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Crop Biotech Update

CRISPR-Cas9 Used to Study Genes Involved in Grapevine Disease Symptoms

May 13, 2020

Texas Tech University researchers used CRISPR-Cas9 technology in grapevine (Vitis vinifera) to elucidate the functions of specific genes in Pierce's disease and Grapevine Red Blotch Virus disease symptoms. The findings are released in Transgenic Research.

Pierce's disease is caused by the Xylella fastidiosa bacterium through xylem sap-sucking insects as vectors, while Grapevine Red Blotch Virus causes Red Blotch Disease and is transmitted by alfalfa leafhopper Spissistilus festinus. The effect of anthocyanin levels in specific tissues of grapevine on PD and GRBV disease symptoms remains unclear, and thus an investigation was conducted focusing on Trans-Acting Small-interfering locus4 (TAS4) and MYBA5/6/7 transcription factor.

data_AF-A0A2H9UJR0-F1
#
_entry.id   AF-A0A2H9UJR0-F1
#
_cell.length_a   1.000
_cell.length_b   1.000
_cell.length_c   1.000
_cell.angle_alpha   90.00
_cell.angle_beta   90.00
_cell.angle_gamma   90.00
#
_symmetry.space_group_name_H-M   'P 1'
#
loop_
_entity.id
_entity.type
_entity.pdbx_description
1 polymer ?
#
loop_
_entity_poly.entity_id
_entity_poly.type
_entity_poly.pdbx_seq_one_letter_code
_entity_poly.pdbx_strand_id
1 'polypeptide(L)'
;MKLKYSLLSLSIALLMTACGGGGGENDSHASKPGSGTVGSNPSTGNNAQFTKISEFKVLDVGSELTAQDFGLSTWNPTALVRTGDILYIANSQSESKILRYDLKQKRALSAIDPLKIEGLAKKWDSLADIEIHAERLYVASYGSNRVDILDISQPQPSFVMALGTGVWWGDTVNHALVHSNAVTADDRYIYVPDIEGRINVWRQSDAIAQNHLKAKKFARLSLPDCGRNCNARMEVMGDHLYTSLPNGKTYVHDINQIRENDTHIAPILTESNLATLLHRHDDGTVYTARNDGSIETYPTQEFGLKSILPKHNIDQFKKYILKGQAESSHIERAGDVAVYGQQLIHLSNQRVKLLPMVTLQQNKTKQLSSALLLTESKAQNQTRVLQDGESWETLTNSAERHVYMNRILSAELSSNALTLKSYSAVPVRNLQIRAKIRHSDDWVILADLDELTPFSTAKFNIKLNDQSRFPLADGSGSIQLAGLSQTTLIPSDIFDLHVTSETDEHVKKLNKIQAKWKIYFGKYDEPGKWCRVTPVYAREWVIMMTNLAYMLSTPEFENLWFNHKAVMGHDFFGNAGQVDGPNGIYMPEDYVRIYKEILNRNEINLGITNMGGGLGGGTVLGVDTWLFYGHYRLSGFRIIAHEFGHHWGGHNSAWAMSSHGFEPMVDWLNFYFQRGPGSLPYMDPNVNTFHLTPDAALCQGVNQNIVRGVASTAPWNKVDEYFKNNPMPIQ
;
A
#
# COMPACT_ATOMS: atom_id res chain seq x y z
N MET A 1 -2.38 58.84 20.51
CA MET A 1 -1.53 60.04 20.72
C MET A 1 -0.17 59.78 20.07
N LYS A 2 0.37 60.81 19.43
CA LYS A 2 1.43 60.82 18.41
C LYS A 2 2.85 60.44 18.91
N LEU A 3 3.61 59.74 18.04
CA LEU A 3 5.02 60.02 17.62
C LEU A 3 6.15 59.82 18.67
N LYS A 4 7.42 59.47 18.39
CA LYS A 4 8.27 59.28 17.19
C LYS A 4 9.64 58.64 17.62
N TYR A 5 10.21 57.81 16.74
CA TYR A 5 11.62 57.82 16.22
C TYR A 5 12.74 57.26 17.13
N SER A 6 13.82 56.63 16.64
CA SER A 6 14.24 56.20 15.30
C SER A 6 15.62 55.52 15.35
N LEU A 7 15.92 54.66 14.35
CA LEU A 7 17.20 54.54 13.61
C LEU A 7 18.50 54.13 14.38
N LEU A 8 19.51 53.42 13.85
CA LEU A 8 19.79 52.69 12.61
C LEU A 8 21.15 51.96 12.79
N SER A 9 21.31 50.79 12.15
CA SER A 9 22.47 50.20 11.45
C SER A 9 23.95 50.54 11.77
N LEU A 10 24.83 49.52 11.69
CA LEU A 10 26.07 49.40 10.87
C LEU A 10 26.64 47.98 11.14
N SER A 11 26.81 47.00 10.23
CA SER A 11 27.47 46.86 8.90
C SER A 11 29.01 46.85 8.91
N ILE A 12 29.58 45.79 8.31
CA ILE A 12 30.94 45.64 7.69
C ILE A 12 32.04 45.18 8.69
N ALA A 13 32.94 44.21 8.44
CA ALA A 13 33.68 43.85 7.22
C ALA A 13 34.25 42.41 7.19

Transgenic grape plants targeting TAS4b and MYBA7 were generated using CRISPR-Cas9 technology. There were no visible anthocyanin accumulation phenotypes observed in regenerated plants, possibly due to the presence of genetically redundant TAS4c and MYBA5/6 loci or absence of inductive environmental stress conditions.

Read more results in Transgenic Research.

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